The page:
Who: Leslie Sarony
What: Three Cheers For The Undertaker/ The K-Hissing Song
Where: Wood Street Market, Walthamstow, London
I don't own many 78rpm gramophone records, and I very seldom bother to try to convert the ones I do have to mp3 - this is for the simple reason that it's a messy and often unsuccessful process. What I have to do is record the record at the wrong speed from my modern deck which uses completely the wrong kind of stylus, convert it to the correct speed, and sit with fingers crossed as I attempt to reduce the overwhelming flood of background noise too. Neighbours have heard me cussing and swearing during this duty, I can tell you, sir.
This one was worth the fight, though, even if the end results are definitely imperfect. Leslie Sarony was a music hall performer in Great Britain from 1913 onwards, and issued a colossal number of 78rpm records of popular comedy songs and his own work. Among his triumphs are the vegetable rights ditty "Don't Be Cruel To A Vegetabuel", the observationally faultless "Why Build A Wall Around A Graveyard", and the utterly timeless "Don't Do That To The Poor Puss Cat". Sarony absolutely flooded the market with these discs to the extent that I haven't seen what I believe to be a truly accurate discography yet, and naturally when the Bonzo Dog Band went raiding junk shops for 78s, they found plenty of his and were inspired enough by "Jollity Farm" and "Hunting Tigers Out In Indi-ah" to cover both.
The A-side on offer here, "Three Cheers For The Undertaker", is a piece of pitch black humour which is (almost unbelievably) available on iTunes with much improved audio, so if the brief clip below arouses your curiosity you can always head that way to buy it. However the flip, "The K-Hissing Song", is so absurd that one friend of mine completely refused to believe it was a record from the thirties and instead insisted I was winding him up. In it, Sarony explains that ladies can be seduced with a clever combination of both kissing and hissing like a snake, and warns of the dangers of kissing women too vigorously who have used a lot of face cream (apparently this is liable to lead to a slide-slip into their ears). It's not difficult to understand how it didn't capture the public's imagination as much as "Don't Do That To The Poor Puss Cat" as it perhaps lacked that tune's mainstream accessibility, but top marks must be awarded to Sarony for coming up with such an off-the-wall comedic idea.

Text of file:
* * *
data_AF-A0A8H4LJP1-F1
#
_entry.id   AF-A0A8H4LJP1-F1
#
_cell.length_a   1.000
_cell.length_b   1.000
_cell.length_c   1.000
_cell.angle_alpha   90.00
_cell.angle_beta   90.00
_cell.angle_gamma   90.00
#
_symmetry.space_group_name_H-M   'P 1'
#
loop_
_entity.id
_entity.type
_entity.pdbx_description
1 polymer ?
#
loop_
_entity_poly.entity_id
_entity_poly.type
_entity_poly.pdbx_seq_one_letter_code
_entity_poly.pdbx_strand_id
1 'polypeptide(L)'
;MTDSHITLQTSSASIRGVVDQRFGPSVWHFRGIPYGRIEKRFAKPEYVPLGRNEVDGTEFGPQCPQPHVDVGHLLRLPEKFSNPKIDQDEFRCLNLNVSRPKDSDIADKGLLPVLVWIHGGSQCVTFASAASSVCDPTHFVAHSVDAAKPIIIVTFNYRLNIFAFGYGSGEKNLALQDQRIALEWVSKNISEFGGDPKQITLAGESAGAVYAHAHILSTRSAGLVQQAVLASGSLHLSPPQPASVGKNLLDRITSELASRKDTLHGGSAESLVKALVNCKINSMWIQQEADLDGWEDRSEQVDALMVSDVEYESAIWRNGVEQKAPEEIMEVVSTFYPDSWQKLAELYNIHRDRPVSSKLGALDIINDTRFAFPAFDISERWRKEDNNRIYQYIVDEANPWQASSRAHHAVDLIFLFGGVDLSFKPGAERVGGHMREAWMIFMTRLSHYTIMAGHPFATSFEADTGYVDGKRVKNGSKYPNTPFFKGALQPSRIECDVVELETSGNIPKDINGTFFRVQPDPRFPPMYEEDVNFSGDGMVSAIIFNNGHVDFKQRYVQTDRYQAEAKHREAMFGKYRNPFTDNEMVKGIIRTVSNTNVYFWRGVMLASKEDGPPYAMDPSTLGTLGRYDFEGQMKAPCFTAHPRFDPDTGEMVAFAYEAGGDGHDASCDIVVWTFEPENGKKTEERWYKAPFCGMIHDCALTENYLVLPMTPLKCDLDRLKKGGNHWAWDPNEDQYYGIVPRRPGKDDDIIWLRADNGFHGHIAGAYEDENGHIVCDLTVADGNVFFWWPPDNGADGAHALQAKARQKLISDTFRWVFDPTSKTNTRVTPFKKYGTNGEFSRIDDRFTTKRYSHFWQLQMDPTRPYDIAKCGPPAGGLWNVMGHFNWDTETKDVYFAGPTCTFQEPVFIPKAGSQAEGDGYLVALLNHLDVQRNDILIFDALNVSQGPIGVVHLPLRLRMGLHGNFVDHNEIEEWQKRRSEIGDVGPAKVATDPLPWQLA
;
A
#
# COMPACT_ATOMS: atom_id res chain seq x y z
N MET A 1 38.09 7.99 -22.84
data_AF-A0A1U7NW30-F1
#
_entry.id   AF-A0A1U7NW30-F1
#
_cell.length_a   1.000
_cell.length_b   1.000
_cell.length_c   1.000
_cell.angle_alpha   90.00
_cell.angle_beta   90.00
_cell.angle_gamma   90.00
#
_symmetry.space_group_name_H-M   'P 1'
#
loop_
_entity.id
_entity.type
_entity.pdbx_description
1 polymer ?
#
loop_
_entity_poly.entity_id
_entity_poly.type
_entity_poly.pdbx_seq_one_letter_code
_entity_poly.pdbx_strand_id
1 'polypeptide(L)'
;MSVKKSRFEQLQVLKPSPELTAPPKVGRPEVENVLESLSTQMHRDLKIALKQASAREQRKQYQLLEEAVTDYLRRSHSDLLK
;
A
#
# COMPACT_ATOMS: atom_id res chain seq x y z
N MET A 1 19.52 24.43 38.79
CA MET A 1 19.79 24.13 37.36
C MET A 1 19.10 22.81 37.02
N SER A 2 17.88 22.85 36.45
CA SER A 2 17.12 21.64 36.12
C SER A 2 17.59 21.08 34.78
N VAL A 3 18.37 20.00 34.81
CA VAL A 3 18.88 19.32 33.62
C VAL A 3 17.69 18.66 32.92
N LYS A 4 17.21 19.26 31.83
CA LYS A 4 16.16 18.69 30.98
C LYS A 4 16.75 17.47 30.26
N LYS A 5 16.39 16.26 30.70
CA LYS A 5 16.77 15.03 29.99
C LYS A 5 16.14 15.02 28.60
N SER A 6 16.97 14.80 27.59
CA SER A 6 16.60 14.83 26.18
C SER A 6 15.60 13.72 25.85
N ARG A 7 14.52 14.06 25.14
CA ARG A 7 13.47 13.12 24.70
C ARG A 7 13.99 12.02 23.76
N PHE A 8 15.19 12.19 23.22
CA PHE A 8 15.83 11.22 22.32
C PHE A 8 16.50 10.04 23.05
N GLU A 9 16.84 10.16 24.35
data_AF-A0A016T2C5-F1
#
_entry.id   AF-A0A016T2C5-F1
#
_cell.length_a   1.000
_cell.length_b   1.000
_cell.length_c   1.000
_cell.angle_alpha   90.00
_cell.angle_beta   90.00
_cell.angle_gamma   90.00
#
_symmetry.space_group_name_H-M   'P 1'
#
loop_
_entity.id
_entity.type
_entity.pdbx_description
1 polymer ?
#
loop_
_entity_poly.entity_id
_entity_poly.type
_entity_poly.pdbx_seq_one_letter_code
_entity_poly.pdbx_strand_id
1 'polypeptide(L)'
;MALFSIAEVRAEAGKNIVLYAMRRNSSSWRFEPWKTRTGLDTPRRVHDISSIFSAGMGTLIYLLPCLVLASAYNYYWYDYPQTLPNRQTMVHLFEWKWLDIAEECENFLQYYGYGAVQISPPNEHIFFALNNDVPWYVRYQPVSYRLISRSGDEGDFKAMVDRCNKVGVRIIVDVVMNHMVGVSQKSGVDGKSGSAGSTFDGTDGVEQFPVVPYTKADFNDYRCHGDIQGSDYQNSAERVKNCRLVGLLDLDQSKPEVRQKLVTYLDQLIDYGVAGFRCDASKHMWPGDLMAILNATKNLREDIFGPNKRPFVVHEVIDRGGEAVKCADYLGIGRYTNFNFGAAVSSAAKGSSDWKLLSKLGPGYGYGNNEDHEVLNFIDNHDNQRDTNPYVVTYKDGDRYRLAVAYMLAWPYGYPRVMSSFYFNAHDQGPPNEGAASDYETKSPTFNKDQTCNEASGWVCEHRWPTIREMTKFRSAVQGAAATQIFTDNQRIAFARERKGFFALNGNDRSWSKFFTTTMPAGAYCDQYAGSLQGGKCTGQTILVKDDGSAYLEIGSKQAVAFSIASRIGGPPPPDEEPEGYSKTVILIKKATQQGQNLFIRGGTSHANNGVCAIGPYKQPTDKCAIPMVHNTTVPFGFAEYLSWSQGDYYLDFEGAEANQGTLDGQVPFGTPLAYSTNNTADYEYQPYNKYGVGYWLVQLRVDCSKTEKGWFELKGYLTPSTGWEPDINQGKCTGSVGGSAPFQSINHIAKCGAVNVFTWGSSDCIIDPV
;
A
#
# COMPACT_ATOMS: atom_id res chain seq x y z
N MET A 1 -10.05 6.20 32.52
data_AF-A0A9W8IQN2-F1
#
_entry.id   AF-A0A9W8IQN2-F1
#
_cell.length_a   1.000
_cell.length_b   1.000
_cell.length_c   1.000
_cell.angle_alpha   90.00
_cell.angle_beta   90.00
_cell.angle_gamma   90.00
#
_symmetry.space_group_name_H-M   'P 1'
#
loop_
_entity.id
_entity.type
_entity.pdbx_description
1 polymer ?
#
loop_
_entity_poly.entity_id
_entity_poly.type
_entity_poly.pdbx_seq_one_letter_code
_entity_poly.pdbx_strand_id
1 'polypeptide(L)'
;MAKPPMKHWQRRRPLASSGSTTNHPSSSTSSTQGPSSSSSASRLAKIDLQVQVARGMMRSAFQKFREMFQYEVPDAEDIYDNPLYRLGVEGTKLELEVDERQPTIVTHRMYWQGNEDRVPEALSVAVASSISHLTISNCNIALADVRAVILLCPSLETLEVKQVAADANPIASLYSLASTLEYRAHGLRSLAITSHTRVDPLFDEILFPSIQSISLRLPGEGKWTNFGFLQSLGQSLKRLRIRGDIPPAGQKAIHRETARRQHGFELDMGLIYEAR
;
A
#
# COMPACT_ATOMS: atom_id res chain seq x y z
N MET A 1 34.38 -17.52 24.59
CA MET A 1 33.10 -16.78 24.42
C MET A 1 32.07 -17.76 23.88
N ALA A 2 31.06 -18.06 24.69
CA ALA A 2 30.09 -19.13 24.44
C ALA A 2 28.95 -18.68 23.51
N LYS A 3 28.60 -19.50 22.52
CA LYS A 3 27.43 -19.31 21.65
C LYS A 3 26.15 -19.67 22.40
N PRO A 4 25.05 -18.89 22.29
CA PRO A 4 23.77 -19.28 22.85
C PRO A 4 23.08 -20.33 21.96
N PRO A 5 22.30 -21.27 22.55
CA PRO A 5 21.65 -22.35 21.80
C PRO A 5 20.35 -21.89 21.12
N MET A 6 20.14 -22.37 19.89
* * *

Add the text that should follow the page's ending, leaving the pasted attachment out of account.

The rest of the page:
Sarony performed for most of his life, appearing during his later years in the Monty Python film "The Meaning of Life" as one of the elderly insurance clerks at "Crimson Permanent Assurance", as well as featuring in the sitcom "Nearest and Dearest". He died in 1985, but the impressive and bizarre back-catalogue of records he left behind isn't talked about enough for my liking, and nor is his obvious influence on British comedy.